“When I was in high school and escaped my nice suburb to venture into Boston,” he remembers, “I was always warned not to go past this one particular bridge, which cleanly separated two very different parts of town. I began to understand that ‘It’s not safe there’ actually meant ‘They’re not like us.’ Later, when I was living in Boston, I’d spend many nights in that exact neighborhood I’d been warned about, sleeping on a friend’s porch on hot summer nights and marveling at the hypocrisy of it all. On the one hand, I came from an affluent suburb and enjoyed a life of privilege. On the other hand, I was still seen as ‘an other’ because of my name and heritage. I felt like I fit in both places and neither place at the same time.”
Khuri sets that context with album opener “The Bridge,” which centers on that suburban boundary he had been warned not to cross as a child and grapples with the fear of unintentionally perpetuating the same social divisions he grew up with. It sets the stage for what’s to come, laying out a vision of a modern American society still sharply divided along lines of race and class. On songs like “Cavalry” and “To The Wolves,” which plays like a 21st century answer to “Fortunate Son,” Khuri examines why change is so hard to come by, while unflinchingly implicating himself and other good-intentioned souls for maintaining the status quo in the punk-leaning “On My Mind,” which features stand-out slide work from guitarist George Hall.
“I thought of that tune after being stuck at a red light in Cambridge and seeing a guy begging for money,” remembers Khuri. “Here I was, comfortable in my car, feeling bad for the guy but not actually rolling down my window to help. I had to put a mirror up to my ‘armchair activism’ because I was going on stage talking all sorts of talk about trying to change the world. What’s any of it worth if I’m not willing to roll down my window?”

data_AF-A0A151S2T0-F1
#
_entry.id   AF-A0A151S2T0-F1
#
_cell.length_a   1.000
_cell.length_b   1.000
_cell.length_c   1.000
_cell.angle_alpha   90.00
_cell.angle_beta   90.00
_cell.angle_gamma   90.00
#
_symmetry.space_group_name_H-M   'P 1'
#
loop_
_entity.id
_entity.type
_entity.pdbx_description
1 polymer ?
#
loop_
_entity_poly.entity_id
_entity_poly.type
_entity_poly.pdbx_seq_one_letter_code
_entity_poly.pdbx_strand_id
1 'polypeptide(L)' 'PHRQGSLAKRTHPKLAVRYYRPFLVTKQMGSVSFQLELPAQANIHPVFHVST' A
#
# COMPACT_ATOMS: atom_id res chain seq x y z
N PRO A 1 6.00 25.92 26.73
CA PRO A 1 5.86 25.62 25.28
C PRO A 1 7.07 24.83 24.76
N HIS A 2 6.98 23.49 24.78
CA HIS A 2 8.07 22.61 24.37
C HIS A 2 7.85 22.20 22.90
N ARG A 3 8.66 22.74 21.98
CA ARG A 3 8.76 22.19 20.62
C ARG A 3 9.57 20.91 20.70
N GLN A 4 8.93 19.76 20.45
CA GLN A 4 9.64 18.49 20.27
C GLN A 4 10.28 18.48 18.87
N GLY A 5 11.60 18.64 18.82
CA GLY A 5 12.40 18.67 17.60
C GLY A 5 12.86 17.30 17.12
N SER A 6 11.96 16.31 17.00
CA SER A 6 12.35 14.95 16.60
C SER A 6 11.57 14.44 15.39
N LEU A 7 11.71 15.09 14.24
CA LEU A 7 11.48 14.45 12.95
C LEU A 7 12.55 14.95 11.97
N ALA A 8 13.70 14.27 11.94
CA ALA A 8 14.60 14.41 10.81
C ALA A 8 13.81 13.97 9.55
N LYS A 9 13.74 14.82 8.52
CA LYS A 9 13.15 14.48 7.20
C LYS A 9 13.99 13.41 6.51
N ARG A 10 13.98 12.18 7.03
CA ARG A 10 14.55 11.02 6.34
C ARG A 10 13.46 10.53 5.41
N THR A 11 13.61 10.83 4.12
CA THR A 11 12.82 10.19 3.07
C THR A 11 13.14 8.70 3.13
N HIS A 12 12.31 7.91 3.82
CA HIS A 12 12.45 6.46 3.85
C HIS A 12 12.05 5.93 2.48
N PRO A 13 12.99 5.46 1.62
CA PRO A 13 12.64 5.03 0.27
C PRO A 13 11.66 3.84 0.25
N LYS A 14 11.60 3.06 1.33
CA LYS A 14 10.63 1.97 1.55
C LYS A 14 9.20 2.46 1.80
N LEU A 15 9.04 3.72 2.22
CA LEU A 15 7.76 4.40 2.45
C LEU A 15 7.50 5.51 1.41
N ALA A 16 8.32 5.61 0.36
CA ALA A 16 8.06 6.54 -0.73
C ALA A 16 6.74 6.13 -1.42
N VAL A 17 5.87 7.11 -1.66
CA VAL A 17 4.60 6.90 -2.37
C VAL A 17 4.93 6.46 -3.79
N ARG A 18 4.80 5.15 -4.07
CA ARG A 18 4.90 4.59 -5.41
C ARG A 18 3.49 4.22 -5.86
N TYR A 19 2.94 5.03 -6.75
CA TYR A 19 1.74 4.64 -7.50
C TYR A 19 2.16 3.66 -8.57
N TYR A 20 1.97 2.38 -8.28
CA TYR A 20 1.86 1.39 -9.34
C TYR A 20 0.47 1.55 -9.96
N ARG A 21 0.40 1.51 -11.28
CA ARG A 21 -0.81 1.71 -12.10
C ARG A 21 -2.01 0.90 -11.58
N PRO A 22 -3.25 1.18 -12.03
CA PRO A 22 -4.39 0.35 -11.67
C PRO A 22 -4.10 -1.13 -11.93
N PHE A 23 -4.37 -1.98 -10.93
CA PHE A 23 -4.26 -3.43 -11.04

The question of what responsibilities those with privilege owe to those without turns up throughout the album. Keyboardist/horn player Chris Barrett’s jazz-noir trumpet line hints at Khuri’s barely suppressed revulsion on “Tricks,” a song inspired by the political ladder-climbing and empty lip-service he witnessed after relocating from Boston to DC, while the sweeping, string-led “Thick Of It” (the album features fiddle contributions throughout from Eva Walsh and Jenée Morgan Force) looks at the ways personal comfort can reduce our investment in activism. “Good Old Wind” is an infectious, fiddle-led rocker that was inspired by a bigoted convenience shop owner in a changing neighborhood from Khuri’s youth. Perhaps the album’s musical and emotional centerpiece, though, is the title track, a “Guns Of Brixton”-esque earworm propelled by a deep groove from bassist Nick Balkin and drummer Travis Richter.
“I had this complexity growing up because I could look white, but I also knew I wasn’t totally white,” says Khuri. “‘Another Other’ came out of a night at a bar when some news about a terrorist bombing came on TV, and the people I was with put it together that my heritage is from that part of the world. A wall was put up in the blink of an eye. I wasn’t doing anything differently, but suddenly I was cast as ‘an other.’ I grew up thinking I had the power to define my own identity, and suddenly I didn’t.”
Ultimately, ‘Another Other’ doesn’t offer any easy answers, but it does reflect on some basic truths. Change is hard to come by on a broader level because it’s hard to come by on a personal level. Those with power and wealth are often more invested in preserving those elements for themselves than divvying them up amongst others. Racism and classism aren’t inborn instincts, but rather learned biases. It’s easier to fear differences than search for commonalities.
By the end of the album, though, one thing is certain: in Kingsley Flood’s America, to be ‘Another Other’ is a badge of honor. It’s the hallmark of those courageous enough to embrace their heritage and the ways it contributes to the fabric of a society that was itself founded by men and women considered to be others. As Khuri sings in the final verse of the title track, ‘Thank God I’m not the same.”
– Anthony D’Amato